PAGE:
The presence of myasthenia gravis (MG) is suspected in a patient with physical examination findings and a clinical history that are compatible with the diagnosis. Bedside techniques like the ice pack test are useful for a rapid assessment of the potential for an MG diagnosis; however, serologic or electrophysiologic testing may be required to confirm the diagnosis. 

Bedside Tests

The edrophonium (Tensilon) test was once historically useful to diagnose MG; however, it is no longer employed and no longer available in the United States and many other countries. Edrophonium is a short-acting acetylcholinesterase inhibitor that increases the amount of acetylcholine in the neuromuscular junction (NMJ) and briefly relieves the symptoms of MG. Because of high rates of false-positive results and the development of more sensitive diagnostic techniques, the FDA discontinued edrophonium in 2018.1  

The ice pack test is a cheap, safe, and useful bedside technique for evaluating a patient for a possible MG diagnosis, with good sensitivity and specificity. An ice pack is applied to the eyelid of a patient with ptosis for 2 to 5 minutes. If the patient has MG, the ptosis will improve or resolve. It is theorized that cooling the involved muscles reduces the activity of acetylcholinesterase, resulting in a temporary resolution of the ptosis. The sensitivity of the test is 76.9% at 2 minutes, and the specificity is 98.3% with the 5-minute application.2  

Serologic Tests

The detection of pathogenic antibodies against NMJ proteins in a patient with features suggestive of MG is diagnostic. Antibodies to 3 NMJ synaptic proteins have been identified as pathogenic: acetylcholine receptor antibody (AChR Ab), muscle-specific kinase antibody (MuSK Ab), and lipoprotein-related protein 4 antibody (LPR-4 Ab).3 

The detection of AChR Ab is the first recommended diagnostic step in the most recent MG guidelines. In the radioimmunoprecipitation assay (RIPA), the most widely used test, a radioactive isotope of iodine is attached to a highly selective molecule with an affinity for AChR Ab. The complex binds to and precipitates AChR Ab in the patient’s serum, which can then be quantified. An enzyme-linked immunosorbent assay (ELISA) is also available for AChR Ab detection, and the handling of radioactive compounds is not required. ELISA may not be as sensitive or specific as RIPA. A cell-based assay (CBA), which uses developed cell lines expressing highly concentrated clusters of AChR on their surface, is an option for detecting pathogenic antibodies in seronegative patients with clinical features suggestive of MG. An immunofluorescent technique is used to detect autoantibodies to the clustered AChR, and the result may be positive in 15% of previously seronegative patients.3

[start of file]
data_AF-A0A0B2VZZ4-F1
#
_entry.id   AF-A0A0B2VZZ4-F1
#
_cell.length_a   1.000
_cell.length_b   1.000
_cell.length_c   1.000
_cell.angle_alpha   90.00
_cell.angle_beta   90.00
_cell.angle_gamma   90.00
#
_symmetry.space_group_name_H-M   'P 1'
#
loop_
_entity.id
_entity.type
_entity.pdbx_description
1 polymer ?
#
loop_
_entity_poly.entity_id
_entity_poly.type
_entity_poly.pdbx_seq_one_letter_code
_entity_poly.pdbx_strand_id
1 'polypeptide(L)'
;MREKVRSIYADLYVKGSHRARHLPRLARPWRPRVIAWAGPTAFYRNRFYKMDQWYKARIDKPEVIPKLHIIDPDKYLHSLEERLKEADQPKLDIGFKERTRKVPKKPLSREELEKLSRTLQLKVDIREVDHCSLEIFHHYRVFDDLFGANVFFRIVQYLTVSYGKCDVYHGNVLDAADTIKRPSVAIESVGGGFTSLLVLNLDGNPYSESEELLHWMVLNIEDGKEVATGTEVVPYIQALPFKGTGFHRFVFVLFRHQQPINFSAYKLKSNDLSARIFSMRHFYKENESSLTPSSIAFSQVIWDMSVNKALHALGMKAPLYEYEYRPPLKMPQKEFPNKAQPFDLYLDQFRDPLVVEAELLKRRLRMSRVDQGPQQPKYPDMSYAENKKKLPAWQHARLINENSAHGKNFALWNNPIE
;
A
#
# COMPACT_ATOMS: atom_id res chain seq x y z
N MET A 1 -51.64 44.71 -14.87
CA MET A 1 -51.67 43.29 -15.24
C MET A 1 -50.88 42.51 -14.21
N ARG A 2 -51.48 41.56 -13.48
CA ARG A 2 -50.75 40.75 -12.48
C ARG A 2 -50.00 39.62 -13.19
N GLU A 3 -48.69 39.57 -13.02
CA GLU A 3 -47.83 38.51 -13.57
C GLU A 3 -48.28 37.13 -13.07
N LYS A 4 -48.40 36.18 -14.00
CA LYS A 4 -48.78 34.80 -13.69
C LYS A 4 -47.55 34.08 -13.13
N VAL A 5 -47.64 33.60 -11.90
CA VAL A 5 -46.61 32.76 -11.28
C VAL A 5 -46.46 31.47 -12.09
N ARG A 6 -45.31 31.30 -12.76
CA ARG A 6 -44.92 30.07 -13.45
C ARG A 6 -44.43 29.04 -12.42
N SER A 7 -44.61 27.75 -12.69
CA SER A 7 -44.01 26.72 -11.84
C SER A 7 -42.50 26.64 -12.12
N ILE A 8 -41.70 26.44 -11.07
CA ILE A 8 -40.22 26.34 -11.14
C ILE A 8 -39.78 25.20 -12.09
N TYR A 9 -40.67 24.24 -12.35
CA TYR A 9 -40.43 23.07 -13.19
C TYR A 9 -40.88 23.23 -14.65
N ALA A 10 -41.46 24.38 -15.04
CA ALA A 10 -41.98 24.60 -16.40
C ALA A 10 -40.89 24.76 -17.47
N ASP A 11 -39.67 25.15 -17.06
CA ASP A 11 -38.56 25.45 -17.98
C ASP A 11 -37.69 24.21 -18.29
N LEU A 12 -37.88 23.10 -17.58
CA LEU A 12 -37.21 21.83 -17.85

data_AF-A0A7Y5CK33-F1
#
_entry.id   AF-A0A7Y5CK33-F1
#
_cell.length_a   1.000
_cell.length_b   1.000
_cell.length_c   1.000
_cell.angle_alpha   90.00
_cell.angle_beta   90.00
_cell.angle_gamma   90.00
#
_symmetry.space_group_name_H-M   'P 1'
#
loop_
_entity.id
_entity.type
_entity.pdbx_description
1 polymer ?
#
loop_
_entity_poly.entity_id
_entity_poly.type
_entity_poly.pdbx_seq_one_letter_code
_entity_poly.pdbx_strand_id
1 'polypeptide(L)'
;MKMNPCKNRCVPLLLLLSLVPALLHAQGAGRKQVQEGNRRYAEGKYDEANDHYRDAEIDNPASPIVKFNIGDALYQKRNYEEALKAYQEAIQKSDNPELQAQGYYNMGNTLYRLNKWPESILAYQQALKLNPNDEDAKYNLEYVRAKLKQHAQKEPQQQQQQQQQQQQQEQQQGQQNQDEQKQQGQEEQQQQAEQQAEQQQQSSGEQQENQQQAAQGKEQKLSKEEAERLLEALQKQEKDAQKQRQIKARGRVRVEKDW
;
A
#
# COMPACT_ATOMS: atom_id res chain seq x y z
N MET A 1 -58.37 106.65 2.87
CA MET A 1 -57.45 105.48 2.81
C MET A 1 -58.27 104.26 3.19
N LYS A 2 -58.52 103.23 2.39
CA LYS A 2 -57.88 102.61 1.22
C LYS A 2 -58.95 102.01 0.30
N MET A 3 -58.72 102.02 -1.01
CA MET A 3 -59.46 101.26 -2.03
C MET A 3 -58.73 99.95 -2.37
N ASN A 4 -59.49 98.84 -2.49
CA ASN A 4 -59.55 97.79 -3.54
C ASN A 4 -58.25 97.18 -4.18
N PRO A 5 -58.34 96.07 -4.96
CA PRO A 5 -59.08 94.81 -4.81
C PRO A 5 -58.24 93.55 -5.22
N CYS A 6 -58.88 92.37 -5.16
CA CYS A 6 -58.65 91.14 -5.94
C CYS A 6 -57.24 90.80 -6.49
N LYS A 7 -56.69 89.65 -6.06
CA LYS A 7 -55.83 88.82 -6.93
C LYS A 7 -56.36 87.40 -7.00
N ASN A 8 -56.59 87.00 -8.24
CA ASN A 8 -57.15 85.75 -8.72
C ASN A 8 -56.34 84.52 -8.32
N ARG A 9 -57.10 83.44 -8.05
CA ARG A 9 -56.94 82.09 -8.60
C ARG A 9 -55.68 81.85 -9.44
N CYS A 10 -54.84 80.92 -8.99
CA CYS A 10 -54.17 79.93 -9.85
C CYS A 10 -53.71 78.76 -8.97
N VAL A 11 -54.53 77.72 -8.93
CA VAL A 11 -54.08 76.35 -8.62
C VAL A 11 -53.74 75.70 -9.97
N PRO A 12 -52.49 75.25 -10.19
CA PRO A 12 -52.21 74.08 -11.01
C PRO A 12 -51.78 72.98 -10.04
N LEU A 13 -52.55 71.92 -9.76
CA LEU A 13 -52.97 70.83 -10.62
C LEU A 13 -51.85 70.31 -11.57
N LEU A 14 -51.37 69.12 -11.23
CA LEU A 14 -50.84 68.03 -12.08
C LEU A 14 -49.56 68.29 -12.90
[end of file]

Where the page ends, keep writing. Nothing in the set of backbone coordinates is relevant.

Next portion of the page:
Autoantibodies to the post-synaptic receptor for agrin (MuSK) are found in 6% to 8% of all patients with MG. Commercially available RIPA tests are available to detect MuSK Ab, and they are extremely specific. ELISA kits are also available but not widely used.3 

Autoantibodies to LPR-4 may be present in some patients with MG; however, because of the high rates of positivity for LPR-4 Ab in other diseases, such as amyotrophic lateral sclerosis and other neuroimmune diseases, its presence should be interpreted strictly within the clinical context. LPR-4 Ab is identifiable with CBA, RIPA, and ELISA.3 

Electrophysiologic Testing 

In the repetitive nerve stimulation (RNS) test, the compound muscle action potential (CMAP) of a muscle in response to supramaximal RNS is measured. A decremental response is observed in individuals with MG—that is to say, the area and amplitude of the CMAP decrease with each successive stimulation. In healthy muscle, successive CMAPs are identical in area and amplitude. RNS is useful for diagnosing seronegative MG and may distinguish between a cholinergic crisis and a myasthenic crisis.3 

Single-fiber electromyography (or a neuromuscular “jitter” study) records the action potentials of single muscle fibers in situ. The time between ACh release from the pre-synaptic neuron and the generation of an end plate potential (EPP) varies slightly (called a jitter) and is predictable in healthy muscle fibers. In patients with post-synaptic pathology, such as MG, the EPP is abnormally high because of deranged synaptic morphology. The jitter study result is abnormal in 98% to 100% of patients with generalized MG and in more than 90% of patients with ocular MG. It may also be abnormal in other synaptic disorders.3


1. Naji A, Owens ML. Edrophonium. StatPearls (Internet). Updated July 17, 2021. Accessed February 9, 2022.

2. Kearsey C, Fernando P, D’Costa D, Ferdinand P. The use of the ice pack test in myasthenia gravis. JRSM Short Rep. 2010;1(1):1-3. doi:10.1258/shorts.2009.090037

3. Rousseff RT. Diagnosis of myasthenia gravis. J Clin Med. 2021;10(8):1736. doi:10.3390/jcm10081736

Reviewed by Hasan Avcu, MD, on 2/20/2022.